5. Jennifer Lynn Earp says:

    Is the calorie count supposed to read 479?? just on the flour?

    1. Yep. 1/4 cup is roughly 120 calories. The count here is for 1 scant cup plus 1 tablespoons of cornstarch.

  6. Please can you tell me the ingredients in UK grams, for cake flour thankyou karen

    1. There’s a tab under the ingredient heading for you to switch between US cups and Metric measurements.

  7. If I don’t have corn flour at home can I use baking powder or baking soda? And what’s the required quantity for a cup

    1. You should be using baking powder and/or baking soda for your cake already but those are leavening agents which make the cake rise. Corn flour is an anticaking agent which when added to regular all-purpose flour mimics cake flour by giving the cake a tighter crumb. If you want a true substitute for low-protein cake flour, you must use the corn flour.

  8. What happens if i use self rising flour

    1. Then your flour will already have the rising agent in it and you can omit the leaver from the recipe you are using.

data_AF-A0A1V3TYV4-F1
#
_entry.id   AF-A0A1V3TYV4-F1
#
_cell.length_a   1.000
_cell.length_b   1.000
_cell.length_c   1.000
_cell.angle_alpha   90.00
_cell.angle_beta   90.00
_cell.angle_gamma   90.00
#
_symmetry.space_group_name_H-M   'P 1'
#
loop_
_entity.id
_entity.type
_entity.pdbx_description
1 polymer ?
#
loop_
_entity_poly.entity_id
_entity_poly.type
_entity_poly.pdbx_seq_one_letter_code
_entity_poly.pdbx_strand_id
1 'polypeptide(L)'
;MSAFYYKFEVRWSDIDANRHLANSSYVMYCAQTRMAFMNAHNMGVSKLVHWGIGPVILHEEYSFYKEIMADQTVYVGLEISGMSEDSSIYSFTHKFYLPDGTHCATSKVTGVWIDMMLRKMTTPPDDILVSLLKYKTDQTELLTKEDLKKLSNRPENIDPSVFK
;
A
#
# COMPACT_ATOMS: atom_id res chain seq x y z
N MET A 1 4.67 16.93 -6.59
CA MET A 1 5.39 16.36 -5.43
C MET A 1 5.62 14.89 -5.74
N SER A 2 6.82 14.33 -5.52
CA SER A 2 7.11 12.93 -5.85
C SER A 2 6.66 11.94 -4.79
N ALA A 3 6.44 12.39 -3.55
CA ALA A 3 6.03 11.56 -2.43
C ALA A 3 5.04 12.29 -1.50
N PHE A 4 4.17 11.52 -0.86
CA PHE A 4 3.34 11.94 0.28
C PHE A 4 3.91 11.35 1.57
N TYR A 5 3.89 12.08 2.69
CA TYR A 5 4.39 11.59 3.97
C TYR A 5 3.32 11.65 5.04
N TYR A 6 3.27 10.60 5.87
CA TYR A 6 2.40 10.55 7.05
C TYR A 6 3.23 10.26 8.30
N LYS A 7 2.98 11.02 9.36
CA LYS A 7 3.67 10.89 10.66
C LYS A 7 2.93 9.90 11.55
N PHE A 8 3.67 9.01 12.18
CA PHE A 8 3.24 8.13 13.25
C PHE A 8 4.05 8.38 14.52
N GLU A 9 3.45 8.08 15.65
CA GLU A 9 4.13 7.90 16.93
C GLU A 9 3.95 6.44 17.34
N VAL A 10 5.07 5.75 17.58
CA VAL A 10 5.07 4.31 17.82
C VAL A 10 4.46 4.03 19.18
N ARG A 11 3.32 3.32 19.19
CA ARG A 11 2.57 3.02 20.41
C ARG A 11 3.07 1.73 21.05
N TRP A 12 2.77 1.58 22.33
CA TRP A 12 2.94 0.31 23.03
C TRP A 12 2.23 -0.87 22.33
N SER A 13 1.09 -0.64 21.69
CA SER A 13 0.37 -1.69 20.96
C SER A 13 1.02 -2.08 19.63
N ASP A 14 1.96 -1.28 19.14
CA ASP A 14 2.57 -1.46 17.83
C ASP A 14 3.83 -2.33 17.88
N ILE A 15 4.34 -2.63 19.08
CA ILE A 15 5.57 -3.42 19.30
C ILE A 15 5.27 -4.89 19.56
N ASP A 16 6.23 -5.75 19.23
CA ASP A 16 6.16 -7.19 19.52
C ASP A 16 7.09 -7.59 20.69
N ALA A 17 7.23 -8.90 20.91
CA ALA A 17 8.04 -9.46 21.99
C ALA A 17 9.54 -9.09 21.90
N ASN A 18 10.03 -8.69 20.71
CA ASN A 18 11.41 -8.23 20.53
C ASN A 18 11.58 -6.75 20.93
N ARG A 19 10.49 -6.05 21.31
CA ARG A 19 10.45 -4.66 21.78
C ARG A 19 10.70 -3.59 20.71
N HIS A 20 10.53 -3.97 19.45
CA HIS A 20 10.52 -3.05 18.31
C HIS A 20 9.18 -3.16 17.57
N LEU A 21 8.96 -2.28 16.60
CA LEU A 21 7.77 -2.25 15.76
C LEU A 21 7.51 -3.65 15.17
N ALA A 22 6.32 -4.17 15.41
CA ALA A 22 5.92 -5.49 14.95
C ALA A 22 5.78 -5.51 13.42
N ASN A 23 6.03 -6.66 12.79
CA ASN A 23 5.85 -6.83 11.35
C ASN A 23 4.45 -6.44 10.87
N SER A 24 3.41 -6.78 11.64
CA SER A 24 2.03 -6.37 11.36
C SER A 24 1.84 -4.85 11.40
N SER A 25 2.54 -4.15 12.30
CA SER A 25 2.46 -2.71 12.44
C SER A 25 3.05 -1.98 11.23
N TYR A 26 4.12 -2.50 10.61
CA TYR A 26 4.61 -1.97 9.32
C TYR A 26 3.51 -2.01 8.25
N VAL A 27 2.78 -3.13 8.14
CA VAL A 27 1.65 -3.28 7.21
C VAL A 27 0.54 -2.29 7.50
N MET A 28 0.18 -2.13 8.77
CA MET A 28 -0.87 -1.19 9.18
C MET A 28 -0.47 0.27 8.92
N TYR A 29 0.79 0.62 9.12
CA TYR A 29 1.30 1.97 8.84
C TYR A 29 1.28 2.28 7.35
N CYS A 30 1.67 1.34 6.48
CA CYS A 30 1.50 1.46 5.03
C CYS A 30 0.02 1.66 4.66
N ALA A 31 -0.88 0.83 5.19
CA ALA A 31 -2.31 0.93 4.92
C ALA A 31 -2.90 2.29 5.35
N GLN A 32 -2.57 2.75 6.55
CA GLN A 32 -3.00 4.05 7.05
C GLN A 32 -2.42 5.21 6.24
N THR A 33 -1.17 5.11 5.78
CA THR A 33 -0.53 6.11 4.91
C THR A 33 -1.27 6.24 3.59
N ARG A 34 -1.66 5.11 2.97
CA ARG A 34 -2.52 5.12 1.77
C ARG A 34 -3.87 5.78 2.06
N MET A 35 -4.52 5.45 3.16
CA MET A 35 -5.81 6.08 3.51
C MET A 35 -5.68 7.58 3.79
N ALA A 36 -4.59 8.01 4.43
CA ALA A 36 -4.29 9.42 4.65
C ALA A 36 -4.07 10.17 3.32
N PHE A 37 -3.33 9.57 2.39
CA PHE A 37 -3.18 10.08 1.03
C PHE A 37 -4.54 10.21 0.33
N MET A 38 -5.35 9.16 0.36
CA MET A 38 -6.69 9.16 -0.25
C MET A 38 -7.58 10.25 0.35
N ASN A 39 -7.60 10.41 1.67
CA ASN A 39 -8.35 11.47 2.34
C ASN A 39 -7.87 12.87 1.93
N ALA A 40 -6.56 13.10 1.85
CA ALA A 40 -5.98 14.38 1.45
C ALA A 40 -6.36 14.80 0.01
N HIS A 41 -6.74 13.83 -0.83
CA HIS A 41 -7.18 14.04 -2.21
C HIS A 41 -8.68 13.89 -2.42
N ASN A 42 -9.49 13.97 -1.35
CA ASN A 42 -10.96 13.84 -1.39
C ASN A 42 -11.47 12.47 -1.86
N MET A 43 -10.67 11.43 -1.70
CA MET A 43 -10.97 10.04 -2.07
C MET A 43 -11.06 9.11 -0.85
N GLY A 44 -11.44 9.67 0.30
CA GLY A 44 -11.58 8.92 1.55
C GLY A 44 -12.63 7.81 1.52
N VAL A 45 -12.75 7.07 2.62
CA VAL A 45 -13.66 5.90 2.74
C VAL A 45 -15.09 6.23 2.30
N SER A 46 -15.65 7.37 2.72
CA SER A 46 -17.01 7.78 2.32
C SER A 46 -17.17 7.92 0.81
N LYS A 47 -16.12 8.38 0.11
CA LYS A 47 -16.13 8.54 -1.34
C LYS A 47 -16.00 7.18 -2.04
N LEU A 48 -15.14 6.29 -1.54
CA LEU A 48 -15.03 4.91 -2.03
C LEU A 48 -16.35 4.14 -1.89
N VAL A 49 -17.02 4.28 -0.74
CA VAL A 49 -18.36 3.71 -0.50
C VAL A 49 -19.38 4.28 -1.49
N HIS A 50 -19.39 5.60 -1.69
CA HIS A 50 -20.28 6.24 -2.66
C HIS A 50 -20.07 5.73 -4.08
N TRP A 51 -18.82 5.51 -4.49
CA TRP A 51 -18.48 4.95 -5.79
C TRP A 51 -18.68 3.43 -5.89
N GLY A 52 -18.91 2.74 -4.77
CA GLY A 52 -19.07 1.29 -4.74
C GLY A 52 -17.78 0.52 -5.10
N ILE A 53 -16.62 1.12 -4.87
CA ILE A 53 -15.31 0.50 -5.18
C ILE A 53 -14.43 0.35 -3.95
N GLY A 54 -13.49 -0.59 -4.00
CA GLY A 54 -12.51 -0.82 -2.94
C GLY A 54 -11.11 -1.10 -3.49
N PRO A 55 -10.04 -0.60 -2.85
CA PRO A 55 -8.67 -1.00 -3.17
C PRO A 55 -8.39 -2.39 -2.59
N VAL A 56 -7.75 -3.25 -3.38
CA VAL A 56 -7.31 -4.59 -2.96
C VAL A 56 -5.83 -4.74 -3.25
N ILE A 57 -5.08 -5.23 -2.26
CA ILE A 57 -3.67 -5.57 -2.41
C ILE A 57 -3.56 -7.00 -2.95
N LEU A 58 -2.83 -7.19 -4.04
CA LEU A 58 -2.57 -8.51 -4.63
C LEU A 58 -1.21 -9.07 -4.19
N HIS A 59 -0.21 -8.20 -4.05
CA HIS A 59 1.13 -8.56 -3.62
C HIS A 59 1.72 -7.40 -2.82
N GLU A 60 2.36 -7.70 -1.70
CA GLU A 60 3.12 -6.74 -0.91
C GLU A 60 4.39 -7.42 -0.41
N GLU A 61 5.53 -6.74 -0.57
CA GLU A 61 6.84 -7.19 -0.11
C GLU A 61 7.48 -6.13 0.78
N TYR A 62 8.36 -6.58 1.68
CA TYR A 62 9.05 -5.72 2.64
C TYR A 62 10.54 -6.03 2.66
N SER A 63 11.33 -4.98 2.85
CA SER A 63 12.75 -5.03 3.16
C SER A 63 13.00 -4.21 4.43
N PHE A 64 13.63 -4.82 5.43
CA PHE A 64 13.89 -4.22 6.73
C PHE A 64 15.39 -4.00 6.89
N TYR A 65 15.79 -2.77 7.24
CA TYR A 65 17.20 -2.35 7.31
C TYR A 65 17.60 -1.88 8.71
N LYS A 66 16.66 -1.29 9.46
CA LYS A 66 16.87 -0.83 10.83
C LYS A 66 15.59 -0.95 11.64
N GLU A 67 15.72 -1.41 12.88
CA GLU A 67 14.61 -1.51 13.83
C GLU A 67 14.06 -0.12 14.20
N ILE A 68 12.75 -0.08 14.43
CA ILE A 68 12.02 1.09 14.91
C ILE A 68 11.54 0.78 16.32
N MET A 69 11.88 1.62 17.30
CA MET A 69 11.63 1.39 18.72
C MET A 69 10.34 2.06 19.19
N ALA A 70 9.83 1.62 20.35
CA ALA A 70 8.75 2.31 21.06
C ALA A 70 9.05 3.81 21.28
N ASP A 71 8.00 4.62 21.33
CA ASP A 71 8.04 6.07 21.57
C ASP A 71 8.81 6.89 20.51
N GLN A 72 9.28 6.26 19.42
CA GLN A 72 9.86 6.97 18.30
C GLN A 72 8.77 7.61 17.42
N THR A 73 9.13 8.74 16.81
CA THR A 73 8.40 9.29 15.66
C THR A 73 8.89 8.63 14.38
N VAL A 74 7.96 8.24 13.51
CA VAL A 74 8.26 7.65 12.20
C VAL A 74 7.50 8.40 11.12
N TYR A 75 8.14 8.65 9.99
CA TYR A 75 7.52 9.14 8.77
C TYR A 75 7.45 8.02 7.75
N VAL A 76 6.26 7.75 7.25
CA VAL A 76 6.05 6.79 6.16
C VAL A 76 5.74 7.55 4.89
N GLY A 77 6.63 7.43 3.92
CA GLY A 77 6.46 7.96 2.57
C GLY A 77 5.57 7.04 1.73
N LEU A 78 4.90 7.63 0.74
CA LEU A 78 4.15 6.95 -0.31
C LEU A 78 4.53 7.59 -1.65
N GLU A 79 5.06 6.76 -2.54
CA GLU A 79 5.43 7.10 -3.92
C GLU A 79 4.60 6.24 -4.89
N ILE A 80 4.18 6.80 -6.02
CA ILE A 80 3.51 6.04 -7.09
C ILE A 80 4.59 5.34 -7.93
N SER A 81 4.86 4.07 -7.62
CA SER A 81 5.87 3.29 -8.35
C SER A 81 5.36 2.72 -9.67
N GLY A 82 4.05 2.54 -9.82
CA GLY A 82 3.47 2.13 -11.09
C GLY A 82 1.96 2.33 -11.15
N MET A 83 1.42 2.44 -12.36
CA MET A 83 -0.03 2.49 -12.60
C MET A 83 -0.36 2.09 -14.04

9. kemala hayati says:

    how much is tablespoon for cornstach in gram?

  10. Hi,

    Would this same method apply to all-purpose gluten-free flour? Or since the gluten is not an issue should it work for your “cake flour” recipes?

    Thank you!

    1. Unfortunately, I’m not experienced in gluten-free baking. I’m sorry, I wish I could be more helpful with your question.

      1. I think I’m going to try to experiment with it anyway, see what happens 😀

    2. Hi! Just curious if you tried the gluten free version and how it turned out? Thanks!

      1. I’m not a gluten-free baker so it’s not something I’ve experimented with.

      2. I did but my gluten free flour was probably not the best choice as I think it may have been spoiled. I will try again with a different flour!